Like it or not, they watch. They listen. And then, they emulate. They pick up on attitudes, mannerisms, likes and dislikes, and moods. They notice inconsistencies and injustices. The world notoriously underestimates their perceptiveness. If a daughter hears her mom constantly talking about how much she loves to shop, then a miniature shopper will soon emerge in that household. If a son sees his daddy watching football every Saturday, then that kid will probably get the football gene imprinted on him, too. And if your child knows who your favorite musical group currently is (or used to be), then they will regurgitate that opinion as their own on a report at school. Which is what my 6-year-old did today.
Her first-grade assignment was: "If you could meet a famous person, who would you like to meet? And what three questions would you ask them?"
To my amusement, this is what my daughter brought home. I have transcribed the report below the picture.
"I wanted to meet the Noo Kids. I now a lot of ther sog's. My mom rele likes them. Wen they wer yug they wer rele famis. Now they are stel famis. At the end of the yer my mom will go to ther consrt. She will take a pechr and show it to me. Som of thim are dads. Can I have your odgraf? What are your kids names? What was it like wen you wer yug?"I suppose I should not have been surprised. Why wouldn't she want to meet the New Kids on the Block, who her mommy liked way back when and still does this time around? The realm of "famous people" that she knows about is pretty limited, outside of fictional characters. On an artistic note, I like that the guy on the far left, (who my daughter identified as Joey), proportionally has much bigger hair than the rest, which was certainly true in 1990. And I'm certain that the Noo Kids themselves would be thrilled to know that kids today would like to ask them what the world was like decades ago, back in the old days when they were young.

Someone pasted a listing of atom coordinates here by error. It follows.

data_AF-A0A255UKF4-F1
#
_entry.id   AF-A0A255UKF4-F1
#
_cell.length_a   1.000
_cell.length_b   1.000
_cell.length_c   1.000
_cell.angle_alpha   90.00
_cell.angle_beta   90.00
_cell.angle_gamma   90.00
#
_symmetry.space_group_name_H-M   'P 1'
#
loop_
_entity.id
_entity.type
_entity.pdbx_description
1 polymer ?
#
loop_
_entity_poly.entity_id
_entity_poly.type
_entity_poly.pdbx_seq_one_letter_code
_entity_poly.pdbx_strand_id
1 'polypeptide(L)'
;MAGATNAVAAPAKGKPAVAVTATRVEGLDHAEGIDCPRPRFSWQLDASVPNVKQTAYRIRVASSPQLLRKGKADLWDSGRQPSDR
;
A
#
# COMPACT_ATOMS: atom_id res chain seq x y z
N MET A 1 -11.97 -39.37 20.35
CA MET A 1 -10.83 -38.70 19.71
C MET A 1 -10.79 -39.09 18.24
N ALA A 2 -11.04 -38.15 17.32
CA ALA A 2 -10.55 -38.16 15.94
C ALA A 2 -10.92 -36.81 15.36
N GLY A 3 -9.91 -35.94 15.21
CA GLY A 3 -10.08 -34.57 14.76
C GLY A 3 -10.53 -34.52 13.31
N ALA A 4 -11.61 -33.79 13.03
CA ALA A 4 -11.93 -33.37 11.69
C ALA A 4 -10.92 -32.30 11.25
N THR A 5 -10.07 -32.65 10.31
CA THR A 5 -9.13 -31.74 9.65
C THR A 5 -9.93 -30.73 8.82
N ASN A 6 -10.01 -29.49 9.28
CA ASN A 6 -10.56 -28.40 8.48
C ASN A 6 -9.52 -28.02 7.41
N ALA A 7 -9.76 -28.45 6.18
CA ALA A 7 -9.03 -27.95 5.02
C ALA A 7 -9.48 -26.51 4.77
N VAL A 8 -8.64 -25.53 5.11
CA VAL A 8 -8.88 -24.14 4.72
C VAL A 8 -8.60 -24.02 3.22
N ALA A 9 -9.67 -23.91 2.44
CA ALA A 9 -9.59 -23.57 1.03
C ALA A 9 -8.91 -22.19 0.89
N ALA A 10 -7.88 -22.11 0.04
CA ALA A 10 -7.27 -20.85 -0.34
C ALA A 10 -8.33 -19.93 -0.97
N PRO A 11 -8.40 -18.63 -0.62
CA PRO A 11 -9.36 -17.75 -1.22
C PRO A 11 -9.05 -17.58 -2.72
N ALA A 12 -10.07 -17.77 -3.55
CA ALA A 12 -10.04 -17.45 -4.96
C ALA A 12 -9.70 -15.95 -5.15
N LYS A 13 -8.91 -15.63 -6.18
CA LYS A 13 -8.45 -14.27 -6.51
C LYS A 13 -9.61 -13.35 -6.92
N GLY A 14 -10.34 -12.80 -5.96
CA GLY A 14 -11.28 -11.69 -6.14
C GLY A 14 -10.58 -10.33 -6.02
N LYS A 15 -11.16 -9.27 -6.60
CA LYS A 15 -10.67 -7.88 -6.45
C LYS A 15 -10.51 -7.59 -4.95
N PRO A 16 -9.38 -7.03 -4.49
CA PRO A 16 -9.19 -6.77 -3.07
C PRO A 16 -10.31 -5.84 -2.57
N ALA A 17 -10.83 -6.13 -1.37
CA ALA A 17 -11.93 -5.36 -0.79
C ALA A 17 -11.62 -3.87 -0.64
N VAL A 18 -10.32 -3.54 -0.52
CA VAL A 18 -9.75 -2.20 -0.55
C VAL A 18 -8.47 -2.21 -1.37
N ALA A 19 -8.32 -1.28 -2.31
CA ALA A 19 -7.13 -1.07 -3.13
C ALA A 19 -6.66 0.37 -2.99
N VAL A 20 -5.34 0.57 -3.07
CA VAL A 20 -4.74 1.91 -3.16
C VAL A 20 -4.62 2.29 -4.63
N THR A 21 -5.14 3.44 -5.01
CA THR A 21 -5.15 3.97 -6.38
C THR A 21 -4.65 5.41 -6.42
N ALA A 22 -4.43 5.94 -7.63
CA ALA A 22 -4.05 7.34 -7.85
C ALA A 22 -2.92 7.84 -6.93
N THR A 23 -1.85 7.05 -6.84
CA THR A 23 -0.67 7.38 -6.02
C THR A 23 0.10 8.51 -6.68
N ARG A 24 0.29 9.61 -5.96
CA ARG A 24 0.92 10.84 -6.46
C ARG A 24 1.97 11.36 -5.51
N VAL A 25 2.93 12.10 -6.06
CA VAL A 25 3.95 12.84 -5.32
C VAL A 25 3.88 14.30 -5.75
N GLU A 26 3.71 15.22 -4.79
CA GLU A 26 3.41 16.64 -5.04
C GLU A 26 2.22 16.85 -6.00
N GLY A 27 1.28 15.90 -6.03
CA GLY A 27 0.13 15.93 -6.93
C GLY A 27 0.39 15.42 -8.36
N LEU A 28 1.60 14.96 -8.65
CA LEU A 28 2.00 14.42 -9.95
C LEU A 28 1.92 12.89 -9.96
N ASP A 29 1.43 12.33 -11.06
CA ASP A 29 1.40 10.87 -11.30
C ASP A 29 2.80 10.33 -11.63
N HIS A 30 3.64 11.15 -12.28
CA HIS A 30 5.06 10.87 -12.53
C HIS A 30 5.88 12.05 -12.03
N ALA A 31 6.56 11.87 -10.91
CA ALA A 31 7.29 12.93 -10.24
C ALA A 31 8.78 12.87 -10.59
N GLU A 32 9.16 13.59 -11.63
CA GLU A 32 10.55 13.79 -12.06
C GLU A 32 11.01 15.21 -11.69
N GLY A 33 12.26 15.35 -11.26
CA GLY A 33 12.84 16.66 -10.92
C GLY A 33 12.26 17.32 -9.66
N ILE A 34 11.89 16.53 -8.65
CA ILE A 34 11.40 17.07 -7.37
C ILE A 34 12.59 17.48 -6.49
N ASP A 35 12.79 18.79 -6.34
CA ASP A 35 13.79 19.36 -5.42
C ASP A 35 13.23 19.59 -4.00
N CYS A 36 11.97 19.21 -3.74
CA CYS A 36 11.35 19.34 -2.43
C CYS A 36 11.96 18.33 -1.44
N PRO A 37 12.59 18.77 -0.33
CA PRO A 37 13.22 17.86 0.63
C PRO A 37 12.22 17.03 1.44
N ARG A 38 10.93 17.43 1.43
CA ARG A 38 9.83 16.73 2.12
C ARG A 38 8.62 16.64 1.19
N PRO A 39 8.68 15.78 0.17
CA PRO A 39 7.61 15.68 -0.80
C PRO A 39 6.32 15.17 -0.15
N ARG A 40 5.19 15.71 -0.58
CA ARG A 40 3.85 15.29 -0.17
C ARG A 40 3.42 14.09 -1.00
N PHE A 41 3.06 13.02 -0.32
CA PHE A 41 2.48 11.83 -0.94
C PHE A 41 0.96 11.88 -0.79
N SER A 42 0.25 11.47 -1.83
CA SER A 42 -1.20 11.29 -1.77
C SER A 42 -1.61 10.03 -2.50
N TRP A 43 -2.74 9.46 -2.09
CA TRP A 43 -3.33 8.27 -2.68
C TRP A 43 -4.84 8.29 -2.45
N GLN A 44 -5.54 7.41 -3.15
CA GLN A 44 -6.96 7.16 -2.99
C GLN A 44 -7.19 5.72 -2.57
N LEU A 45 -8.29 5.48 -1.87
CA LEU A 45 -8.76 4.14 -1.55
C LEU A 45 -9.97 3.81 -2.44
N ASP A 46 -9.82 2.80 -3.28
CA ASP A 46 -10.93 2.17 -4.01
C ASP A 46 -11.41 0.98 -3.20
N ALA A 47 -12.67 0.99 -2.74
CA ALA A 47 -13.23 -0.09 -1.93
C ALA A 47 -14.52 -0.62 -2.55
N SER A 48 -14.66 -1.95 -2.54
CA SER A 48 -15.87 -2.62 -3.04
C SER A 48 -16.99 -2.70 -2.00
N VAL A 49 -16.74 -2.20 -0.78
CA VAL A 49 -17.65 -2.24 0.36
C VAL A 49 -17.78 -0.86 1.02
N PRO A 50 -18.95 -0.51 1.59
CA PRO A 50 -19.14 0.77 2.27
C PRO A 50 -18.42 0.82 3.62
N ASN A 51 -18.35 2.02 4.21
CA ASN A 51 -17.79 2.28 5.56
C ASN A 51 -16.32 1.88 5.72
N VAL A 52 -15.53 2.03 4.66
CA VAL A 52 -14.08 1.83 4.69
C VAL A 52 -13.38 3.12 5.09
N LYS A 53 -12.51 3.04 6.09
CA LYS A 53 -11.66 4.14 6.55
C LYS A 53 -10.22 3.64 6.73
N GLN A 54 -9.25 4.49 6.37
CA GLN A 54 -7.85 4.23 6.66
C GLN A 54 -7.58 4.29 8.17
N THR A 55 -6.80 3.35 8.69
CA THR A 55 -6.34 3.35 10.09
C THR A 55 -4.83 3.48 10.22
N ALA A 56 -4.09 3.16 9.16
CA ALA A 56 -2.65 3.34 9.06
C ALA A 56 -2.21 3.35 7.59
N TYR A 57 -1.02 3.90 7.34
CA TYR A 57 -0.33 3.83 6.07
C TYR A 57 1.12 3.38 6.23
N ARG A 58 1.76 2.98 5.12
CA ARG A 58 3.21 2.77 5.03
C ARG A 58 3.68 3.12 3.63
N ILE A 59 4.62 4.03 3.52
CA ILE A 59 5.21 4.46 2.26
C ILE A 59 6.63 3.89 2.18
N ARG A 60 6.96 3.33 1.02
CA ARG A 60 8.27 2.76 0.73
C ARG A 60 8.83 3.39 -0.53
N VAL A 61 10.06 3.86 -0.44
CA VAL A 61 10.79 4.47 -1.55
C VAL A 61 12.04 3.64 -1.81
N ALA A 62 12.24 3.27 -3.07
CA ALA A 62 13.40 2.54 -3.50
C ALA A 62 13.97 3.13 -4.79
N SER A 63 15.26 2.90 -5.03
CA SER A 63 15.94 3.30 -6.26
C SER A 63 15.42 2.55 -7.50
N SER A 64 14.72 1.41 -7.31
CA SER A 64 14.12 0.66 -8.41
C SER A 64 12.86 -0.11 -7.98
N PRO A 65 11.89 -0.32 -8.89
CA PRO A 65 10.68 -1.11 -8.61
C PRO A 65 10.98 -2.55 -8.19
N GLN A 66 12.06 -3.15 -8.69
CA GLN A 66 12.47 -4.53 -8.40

"What did your teacher say?" I asked.
She grinned and said, "She laughed."
I'm sure she did. Most kids in her class were answering with Hannah Montana and the President. How many would know about a pop culture phenomenon that occurred way before their time? And even if they did, why would they care? There's only one answer to that...
Because mommy does.
It's sweet. It's precious and dear, and all of those things. But it's also very sobering.
My daughter's report is a prime example of the stamp that I can place on my kids...for better or for worse. (And this is where I will ask the peanut gallery to refrain from ribbing me about the specific "stamp" I have just discussed.) Our beliefs, philosophies, and attitudes are the very first ones that our children encounter in this world. And that counts for a lot. It is an incredible responsibility. I heard a mother at the school today telling her child to get his (blank) out of the car. That's a type of stamp. The way that I talk about other people, in public and behind closed doors, is like a template for my kids to use. Whatever life-perspective, whatever worldview, whatever preference that parents voice is like handing it to their children on a platter.
And then in turn, they will pluck it from that platter and consume it, digest it, and ask for more, being the little computerized sponges that they are. That is, at least until age 12, when everything changes. But I'm not there yet.
These days, I can enjoy (or rather, be mindful of) the fact that she is into whatever mommy is into. My little mini-me. We only get one chance to do this parenting thing. One time around the (ahem)...block.
And little copycats are always watching.
Hang tough until next time,